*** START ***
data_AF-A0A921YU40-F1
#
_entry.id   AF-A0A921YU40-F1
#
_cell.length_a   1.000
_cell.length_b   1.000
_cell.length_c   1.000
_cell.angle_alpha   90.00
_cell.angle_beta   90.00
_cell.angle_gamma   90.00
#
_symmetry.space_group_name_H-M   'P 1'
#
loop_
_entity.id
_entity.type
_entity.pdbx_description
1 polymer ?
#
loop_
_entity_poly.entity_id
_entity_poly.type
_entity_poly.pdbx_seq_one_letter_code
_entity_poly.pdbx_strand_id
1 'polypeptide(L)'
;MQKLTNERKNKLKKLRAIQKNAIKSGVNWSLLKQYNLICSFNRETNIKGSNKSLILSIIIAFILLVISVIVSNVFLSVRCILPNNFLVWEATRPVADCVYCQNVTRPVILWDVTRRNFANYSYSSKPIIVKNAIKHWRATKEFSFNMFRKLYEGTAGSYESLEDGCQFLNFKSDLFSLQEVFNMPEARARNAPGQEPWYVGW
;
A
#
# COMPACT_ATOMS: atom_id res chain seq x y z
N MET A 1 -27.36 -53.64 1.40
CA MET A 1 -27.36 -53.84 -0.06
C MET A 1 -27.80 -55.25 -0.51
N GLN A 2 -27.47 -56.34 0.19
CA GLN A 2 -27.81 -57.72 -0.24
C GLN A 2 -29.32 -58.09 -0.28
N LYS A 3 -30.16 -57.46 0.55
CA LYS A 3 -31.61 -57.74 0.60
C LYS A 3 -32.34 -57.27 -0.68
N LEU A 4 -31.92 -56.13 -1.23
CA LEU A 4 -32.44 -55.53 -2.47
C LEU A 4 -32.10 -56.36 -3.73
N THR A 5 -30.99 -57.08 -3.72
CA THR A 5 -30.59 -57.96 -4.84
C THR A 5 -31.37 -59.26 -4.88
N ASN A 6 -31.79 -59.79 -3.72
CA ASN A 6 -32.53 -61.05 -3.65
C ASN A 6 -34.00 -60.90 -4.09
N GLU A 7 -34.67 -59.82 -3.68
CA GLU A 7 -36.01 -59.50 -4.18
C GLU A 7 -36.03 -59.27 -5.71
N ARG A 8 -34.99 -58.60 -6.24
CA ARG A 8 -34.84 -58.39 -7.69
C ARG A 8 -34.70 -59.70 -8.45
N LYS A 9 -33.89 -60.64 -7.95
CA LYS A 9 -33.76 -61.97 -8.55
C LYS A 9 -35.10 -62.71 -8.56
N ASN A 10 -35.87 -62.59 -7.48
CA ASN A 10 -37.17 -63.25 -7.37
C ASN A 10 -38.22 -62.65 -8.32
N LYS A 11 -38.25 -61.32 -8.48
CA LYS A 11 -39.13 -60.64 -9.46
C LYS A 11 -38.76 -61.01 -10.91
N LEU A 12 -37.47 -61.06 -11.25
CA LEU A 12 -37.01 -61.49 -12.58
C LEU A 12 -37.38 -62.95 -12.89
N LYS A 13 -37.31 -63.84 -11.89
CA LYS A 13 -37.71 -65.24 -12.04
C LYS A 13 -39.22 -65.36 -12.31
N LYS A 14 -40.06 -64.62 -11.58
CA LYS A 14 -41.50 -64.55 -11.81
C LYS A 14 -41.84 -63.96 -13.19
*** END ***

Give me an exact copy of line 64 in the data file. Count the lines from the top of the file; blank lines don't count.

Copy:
N LEU A 12 -37.47 -61.06 -11.25